BEN Hoffman, lawyer by day and national tug-of-war champion by, well, also day.
With 14 years of practice under his belt, Ben has taken 2020 by the horns and started his own legal practice, Hoffman & Associates, focusing predominately on family law and criminal law.
Ben has been humbled by how many clients have already sought him out and said he tries to take the most pragmatic path for his clients to resolve their matters as efficiently as possible.
“It’s very much being the family doctor when you’re someone’s lawyer, they do like the certainty…so people do seek you out,” said Ben.
“I’ve just been humbled by people who have been actively looking for me,” he said.
“It’s a good business model to build upon word of mouth referrals and you’re not going to get that if you’re billing unreasonably or dragging matters out, you need to look after people,” he said.
“I grew up in Maitland, my dad’s a house painter, my mum’s a secretary, I know how it works; money has to come from somewhere.
“I’m quite interested in alternative methods of dispute resolution, whether it be mediation in family law matters, direct negotiations between other solicitors or charge negotiations with the police will often result in a quicker, cheaper outcome for clients…So far so good, I’m really busy,” he said.
“I’ve always practiced in the country…I’m based in Muswellbrook, but my first matter was in Tamworth and I’ve already been to Newcastle and am prepared to go anywhere in between, as the work takes me,” Ben Hoffman said.
Making the time
Ben has worked in the Hunter since 2011 and prior to that was at Moree for five years.
He started his own practice to make more time for his family and of course, his tug-of-war team.
“I wanted to run my own practice for a long time, I also have a young family and I also like the flexibility being able to pursue my sporting goals, I’m in the Australian tug of war team,” Ben said.
“I’ve been competing in tug of war at a national level since 1997…I’ve been to Ireland, England, Switzerland, Sweden and South Africa for tug of war,” he said.
“My baby is my last child, I have four kids, a one year old, four year old, thirteen and sixteen year old, so I just want to enjoy it,” he said.
“My dad often says to me, because I’m the eldest of four boys, he regrets not spending as much time with us until we were teenagers but he had to work and I don’t want to say the same thing in 15 years time,” said Ben Hoffman.
Family and criminal law hand-in-hand
Hoffman and Associates focuses on both family and criminal law, including AVO and traffic matters.
Ben said most criminal solicitors also practice family law and vice versa, because “they seem to go together”.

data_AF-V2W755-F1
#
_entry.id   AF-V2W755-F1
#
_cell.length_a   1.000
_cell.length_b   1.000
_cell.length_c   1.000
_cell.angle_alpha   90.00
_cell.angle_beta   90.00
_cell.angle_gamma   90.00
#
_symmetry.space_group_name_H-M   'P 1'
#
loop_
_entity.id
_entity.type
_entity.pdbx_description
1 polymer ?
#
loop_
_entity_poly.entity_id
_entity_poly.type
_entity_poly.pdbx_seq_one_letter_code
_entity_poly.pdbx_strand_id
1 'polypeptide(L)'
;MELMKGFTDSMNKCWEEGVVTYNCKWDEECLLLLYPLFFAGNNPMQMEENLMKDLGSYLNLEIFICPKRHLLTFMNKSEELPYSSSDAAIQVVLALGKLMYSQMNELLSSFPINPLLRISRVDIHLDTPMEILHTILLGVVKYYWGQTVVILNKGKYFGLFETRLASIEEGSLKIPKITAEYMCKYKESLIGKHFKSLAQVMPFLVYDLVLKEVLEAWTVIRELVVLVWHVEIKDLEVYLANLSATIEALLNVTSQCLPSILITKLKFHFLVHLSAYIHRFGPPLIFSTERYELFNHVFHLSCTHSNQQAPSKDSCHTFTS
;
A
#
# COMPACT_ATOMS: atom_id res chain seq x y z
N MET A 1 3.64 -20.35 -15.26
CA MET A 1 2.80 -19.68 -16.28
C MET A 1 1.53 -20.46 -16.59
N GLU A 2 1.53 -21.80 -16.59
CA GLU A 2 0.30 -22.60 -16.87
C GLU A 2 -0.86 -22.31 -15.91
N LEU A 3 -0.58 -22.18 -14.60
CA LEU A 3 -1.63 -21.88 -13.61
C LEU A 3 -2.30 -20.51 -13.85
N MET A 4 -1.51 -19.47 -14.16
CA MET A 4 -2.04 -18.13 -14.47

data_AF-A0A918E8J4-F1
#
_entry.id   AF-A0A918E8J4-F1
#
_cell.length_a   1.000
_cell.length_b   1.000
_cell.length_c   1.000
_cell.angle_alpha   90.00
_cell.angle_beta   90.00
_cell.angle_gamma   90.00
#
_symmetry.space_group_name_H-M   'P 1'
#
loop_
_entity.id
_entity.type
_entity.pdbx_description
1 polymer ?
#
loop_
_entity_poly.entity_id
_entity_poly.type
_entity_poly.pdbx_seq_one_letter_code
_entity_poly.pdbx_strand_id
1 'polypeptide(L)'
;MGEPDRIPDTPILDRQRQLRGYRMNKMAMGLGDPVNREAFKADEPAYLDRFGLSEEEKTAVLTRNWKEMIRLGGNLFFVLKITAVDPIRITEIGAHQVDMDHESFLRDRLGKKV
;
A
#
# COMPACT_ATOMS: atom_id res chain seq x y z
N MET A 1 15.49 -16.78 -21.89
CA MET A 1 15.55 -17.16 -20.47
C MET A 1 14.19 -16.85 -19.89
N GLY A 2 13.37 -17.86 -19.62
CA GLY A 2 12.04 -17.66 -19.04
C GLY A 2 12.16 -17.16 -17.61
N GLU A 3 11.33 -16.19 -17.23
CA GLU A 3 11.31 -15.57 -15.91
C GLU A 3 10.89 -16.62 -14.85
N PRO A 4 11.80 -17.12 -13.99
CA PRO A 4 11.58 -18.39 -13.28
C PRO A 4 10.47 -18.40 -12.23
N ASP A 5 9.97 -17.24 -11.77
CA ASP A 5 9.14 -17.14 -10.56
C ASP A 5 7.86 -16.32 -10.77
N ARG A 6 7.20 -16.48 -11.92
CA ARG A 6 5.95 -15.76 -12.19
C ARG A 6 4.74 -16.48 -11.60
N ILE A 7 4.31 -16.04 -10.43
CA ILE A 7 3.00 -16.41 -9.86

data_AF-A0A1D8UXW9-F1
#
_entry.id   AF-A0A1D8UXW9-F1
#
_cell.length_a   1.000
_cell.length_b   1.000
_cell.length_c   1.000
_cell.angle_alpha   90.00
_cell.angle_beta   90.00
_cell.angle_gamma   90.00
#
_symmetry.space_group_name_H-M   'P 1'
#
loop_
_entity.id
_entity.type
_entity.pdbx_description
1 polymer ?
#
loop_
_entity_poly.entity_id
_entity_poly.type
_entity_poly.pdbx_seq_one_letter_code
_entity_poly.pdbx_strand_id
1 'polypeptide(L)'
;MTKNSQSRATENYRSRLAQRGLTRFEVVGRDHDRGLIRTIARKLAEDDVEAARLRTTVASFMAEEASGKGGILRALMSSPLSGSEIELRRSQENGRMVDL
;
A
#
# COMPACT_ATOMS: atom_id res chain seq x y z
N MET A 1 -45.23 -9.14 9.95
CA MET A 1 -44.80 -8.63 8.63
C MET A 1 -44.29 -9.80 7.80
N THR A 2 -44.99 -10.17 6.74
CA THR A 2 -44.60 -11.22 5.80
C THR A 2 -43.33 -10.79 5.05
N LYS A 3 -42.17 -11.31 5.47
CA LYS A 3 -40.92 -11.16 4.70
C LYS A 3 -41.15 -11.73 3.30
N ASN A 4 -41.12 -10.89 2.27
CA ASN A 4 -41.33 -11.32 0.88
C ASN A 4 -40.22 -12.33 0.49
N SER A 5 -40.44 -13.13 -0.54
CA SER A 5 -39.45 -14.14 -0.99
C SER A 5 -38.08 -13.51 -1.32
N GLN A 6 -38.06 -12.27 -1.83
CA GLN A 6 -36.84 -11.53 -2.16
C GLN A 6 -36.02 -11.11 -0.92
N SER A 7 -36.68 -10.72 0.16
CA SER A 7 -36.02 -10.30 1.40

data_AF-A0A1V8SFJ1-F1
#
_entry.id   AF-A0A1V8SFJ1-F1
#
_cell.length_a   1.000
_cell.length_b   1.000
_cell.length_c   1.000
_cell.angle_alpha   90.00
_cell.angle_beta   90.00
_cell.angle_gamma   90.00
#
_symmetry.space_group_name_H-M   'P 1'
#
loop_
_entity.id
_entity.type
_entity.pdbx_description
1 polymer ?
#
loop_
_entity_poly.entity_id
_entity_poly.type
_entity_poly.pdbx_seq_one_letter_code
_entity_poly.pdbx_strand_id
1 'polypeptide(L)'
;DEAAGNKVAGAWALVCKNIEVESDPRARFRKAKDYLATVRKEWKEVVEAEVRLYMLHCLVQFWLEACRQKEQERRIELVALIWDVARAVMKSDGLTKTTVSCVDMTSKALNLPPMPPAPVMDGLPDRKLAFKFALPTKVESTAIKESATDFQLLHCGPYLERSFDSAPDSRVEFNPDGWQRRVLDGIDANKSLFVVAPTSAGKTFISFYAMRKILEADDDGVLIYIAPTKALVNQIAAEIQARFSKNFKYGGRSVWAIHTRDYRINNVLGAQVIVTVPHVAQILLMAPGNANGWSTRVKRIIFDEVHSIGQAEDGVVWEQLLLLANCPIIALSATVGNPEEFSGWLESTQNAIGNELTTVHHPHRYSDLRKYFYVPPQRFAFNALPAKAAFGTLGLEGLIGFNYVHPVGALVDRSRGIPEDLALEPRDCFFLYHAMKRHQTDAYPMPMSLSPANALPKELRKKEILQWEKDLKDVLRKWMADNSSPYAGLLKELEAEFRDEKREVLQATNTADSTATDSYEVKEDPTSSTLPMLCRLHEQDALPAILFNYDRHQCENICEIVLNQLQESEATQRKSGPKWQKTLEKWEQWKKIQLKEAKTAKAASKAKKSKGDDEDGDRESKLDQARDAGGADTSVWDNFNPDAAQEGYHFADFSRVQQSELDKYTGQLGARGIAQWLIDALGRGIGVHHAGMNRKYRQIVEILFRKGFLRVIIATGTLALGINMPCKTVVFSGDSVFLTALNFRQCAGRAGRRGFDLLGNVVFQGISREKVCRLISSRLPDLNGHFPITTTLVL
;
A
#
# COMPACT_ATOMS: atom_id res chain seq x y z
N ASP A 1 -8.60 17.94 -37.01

“It is really common in the profession to do family law and crime because there is a a lot of change over, a lot of criminal matters have their genesis in family law, a lot of family law matters have their genesis in a sudden domestic violence pattern or allegation,” Ben said.
“The core skill is advocacy, being able to argue or submit in Court and that’s the hard part,” he said.
“For every 100 people that come into a family law matter only two percent will go all the way to a trial, most of them can be resolved somewhere along the path and I ideally look for those opportunities because it can be tens of thousands of dollars and months of difference,” he said.
Ben said the art of tug-of-war and practicing law are similar, when it comes to preparation.
“Preparation, training, the standing up in court or competition at the world championships, it’s a very small sliver of the time you’re actually putting into what you’re doing,” Ben said.
“All of the countless days of preparation for trial, client consultation, gathering evidence, drafting affidavits and what you do in court is built upon all that work your do under the surface,” he said.
“Same as with competing at the nationals or the worlds, it only goes for one hour when there’s been two years of consistent training and strategics to get to that one hour, in that way they’re similar, you’ve got to prepare,” he said.
Adapting to COVID-19
The court system has had to rapidly adapt to COVID-19 restrictions since the beginning of the pandemic.
Ben Hoffman said there had been drastic changes, but by “embracing the technology world that we live in” it can really help country clients.
“If you told me in January that by the middle of the year I’d be running Federal Supreme Court Family trials for two days via video link, I would have laughed and said no judge would allow that and now the judges actively push that,” Ben said.
“It’s all different, even in these local courts it’s much more common not to have your defendant before the court on anything absent to a hearing or a sentence so long as you’ve been instructed, where as previously they had to attend almost every mention whether they’re represented or not,” he said.
“It feels like we’ve had a decade of change in six months,” he said.
“This may well drive the change in the departments to funding better AVL and digital alternatives,” Ben said.
“I’ve recently had a district court appeal via the web and that would have saved my client over $1,000, just by having to physically drive to Newcastle to appear at the district court,” he said.
“I think it will be a good thing and it’s one of the reasons that has slightly driven me to go out on my own as I can cover more matters by appearing electronically if necessary,” he said.
If you would like to speak to Ben about a legal matter, book an appointment here.